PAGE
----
U.S. President Barack Obama has given the debate on the acquittal of George Zimmerman a new depth with his personal words. However, the debate must continue.
Barack Obama did something unprecedented – and in so doing achieved something astonishing. His words were unprecedented because he intervened in the debate about racism with a personal appeal. He described his experiences with prejudices. He appealed for understanding for the heartache and anger of the African Americans who are protesting against the acquittal of George Zimmerman – the man who shot the unarmed black teenager Trayvon Martin.
Obama placed action, judgment and protest into a historical context of racial prejudices and discrimination, and in so doing gave the debate new depth.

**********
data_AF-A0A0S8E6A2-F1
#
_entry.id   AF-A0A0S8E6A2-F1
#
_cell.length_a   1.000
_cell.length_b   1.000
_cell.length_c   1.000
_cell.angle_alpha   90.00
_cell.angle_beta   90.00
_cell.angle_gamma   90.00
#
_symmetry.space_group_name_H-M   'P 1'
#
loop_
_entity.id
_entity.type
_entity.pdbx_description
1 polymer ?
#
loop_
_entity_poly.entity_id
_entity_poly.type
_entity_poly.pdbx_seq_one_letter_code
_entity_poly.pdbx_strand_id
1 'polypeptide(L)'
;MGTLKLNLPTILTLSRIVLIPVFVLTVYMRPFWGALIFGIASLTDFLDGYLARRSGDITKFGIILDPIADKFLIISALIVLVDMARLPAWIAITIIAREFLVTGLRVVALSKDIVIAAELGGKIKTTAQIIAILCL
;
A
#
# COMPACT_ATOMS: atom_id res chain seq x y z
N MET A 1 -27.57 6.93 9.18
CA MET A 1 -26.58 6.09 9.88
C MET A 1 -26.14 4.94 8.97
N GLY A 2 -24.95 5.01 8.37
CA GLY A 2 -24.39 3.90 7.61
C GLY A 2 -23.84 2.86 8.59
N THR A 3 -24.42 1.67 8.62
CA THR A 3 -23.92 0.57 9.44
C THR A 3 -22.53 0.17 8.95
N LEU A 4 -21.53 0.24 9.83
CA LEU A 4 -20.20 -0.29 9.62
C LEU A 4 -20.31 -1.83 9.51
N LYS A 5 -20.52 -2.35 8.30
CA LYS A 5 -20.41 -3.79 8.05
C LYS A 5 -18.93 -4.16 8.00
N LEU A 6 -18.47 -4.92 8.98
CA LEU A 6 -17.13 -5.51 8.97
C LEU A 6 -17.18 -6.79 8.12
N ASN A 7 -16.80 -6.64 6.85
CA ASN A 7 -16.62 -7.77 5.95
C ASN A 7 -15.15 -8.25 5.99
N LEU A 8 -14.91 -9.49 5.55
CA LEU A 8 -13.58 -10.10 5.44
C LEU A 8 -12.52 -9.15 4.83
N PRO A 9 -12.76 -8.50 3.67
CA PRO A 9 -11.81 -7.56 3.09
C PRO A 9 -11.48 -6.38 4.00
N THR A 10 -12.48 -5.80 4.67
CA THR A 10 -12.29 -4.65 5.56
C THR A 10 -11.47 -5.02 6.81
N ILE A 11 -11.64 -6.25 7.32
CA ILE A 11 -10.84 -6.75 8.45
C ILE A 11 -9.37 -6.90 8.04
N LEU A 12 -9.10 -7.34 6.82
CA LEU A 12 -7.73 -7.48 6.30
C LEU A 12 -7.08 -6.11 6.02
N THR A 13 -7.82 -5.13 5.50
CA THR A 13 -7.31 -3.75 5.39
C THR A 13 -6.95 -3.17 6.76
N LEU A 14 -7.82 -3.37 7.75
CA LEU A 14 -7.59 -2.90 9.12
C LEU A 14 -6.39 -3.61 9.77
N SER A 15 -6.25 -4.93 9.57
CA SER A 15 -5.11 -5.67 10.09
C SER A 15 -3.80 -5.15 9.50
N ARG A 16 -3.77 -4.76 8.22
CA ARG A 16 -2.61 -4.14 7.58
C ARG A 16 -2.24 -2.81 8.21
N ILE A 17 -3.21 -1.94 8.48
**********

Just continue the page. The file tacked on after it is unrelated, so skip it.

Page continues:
A Topic of the Future
His remarks have astonishingly not deepened any divisions in society because Obama sagely clarified the complexity of the topic, including the problems within the black community. He offered no simple solutions. Instead, he urged debates and solutions where they belong: in the states, in the community, and in society.
The president's role was appropriate and wise. However, he must expand his intervention, and no one knows this better than Obama. Discrimination against blacks and other minorities is not just a topic of the past, but rather a topic of the future.